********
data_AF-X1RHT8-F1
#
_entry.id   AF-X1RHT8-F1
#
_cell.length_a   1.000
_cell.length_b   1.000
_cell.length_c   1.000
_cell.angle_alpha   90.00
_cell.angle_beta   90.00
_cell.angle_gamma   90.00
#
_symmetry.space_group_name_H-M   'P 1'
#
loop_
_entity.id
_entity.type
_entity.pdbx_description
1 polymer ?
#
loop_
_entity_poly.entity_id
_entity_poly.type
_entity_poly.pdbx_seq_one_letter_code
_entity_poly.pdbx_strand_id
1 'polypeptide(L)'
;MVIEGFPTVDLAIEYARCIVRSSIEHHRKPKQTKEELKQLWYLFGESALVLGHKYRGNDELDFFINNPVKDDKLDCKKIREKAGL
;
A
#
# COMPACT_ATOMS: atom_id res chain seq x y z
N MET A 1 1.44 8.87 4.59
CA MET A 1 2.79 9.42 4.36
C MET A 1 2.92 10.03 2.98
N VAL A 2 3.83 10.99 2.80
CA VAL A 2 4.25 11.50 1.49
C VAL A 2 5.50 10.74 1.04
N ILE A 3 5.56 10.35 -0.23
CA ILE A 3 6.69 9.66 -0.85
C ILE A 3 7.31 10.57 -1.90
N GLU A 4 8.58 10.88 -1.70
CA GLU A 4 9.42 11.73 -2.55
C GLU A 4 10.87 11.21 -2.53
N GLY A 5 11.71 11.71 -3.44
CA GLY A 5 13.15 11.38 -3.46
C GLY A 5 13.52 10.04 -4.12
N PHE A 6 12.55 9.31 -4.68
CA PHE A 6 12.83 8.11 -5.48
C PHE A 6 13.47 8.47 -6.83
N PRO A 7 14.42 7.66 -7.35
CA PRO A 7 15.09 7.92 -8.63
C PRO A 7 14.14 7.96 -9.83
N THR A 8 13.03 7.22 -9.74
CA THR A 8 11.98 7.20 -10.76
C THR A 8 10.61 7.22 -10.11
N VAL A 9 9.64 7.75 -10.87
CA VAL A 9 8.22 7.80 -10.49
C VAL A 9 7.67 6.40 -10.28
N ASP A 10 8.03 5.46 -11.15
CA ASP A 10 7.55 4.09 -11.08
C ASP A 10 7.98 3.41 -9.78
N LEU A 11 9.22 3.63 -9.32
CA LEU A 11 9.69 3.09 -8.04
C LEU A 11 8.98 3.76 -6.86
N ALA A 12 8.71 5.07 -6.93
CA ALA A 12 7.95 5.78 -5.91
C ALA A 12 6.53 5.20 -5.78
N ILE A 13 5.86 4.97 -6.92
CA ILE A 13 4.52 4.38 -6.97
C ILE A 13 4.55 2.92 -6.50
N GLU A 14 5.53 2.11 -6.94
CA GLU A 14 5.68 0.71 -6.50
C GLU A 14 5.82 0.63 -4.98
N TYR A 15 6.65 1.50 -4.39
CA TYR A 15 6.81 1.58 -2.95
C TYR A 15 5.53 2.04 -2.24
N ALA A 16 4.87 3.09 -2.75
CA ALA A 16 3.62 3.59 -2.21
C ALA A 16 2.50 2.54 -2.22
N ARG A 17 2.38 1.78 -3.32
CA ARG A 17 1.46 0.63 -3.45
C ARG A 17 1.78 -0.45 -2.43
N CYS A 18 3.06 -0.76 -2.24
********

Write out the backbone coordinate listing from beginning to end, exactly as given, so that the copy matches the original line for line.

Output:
data_AF-X1RHT8-F1
#
_entry.id   AF-X1RHT8-F1
#
_cell.length_a   1.000
_cell.length_b   1.000
_cell.length_c   1.000
_cell.angle_alpha   90.00
_cell.angle_beta   90.00
_cell.angle_gamma   90.00
#
_symmetry.space_group_name_H-M   'P 1'
#
loop_
_entity.id
_entity.type
_entity.pdbx_description
1 polymer ?
#
loop_
_entity_poly.entity_id
_entity_poly.type
_entity_poly.pdbx_seq_one_letter_code
_entity_poly.pdbx_strand_id
1 'polypeptide(L)'
;MVIEGFPTVDLAIEYARCIVRSSIEHHRKPKQTKEELKQLWYLFGESALVLGHKYRGNDELDFFINNPVKDDKLDCKKIREKAGL
;
A
#
# COMPACT_ATOMS: atom_id res chain seq x y z
N MET A 1 1.44 8.87 4.59
CA MET A 1 2.79 9.42 4.36
C MET A 1 2.92 10.03 2.98
N VAL A 2 3.83 10.99 2.80
CA VAL A 2 4.25 11.50 1.49
C VAL A 2 5.50 10.74 1.04
N ILE A 3 5.56 10.35 -0.23
CA ILE A 3 6.69 9.66 -0.85
C ILE A 3 7.31 10.57 -1.90
N GLU A 4 8.58 10.88 -1.70
CA GLU A 4 9.42 11.73 -2.55
C GLU A 4 10.87 11.21 -2.53
N GLY A 5 11.71 11.71 -3.44
CA GLY A 5 13.15 11.38 -3.46
C GLY A 5 13.52 10.04 -4.12
N PHE A 6 12.55 9.31 -4.68
CA PHE A 6 12.83 8.11 -5.48
C PHE A 6 13.47 8.47 -6.83
N PRO A 7 14.42 7.66 -7.35
CA PRO A 7 15.09 7.92 -8.63
C PRO A 7 14.14 7.96 -9.83
N THR A 8 13.03 7.22 -9.74
CA THR A 8 11.98 7.20 -10.76
C THR A 8 10.61 7.22 -10.11
N VAL A 9 9.64 7.75 -10.87
CA VAL A 9 8.22 7.80 -10.49
C VAL A 9 7.67 6.40 -10.28
N ASP A 10 8.03 5.46 -11.15
CA ASP A 10 7.55 4.09 -11.08
C ASP A 10 7.98 3.41 -9.78
N LEU A 11 9.22 3.63 -9.32
CA LEU A 11 9.69 3.09 -8.04
C LEU A 11 8.98 3.76 -6.86
N ALA A 12 8.71 5.07 -6.93
CA ALA A 12 7.95 5.78 -5.91
C ALA A 12 6.53 5.20 -5.78
N ILE A 13 5.86 4.97 -6.92
CA ILE A 13 4.52 4.38 -6.97
C ILE A 13 4.55 2.92 -6.50
N GLU A 14 5.53 2.11 -6.94
CA GLU A 14 5.68 0.71 -6.50
C GLU A 14 5.82 0.63 -4.98
N TYR A 15 6.65 1.50 -4.39
CA TYR A 15 6.81 1.58 -2.95
C TYR A 15 5.53 2.04 -2.24
N ALA A 16 4.87 3.09 -2.75
CA ALA A 16 3.62 3.59 -2.21
C ALA A 16 2.50 2.54 -2.22
N ARG A 17 2.38 1.78 -3.32
CA ARG A 17 1.46 0.63 -3.45
C ARG A 17 1.78 -0.45 -2.43
N CYS A 18 3.06 -0.76 -2.24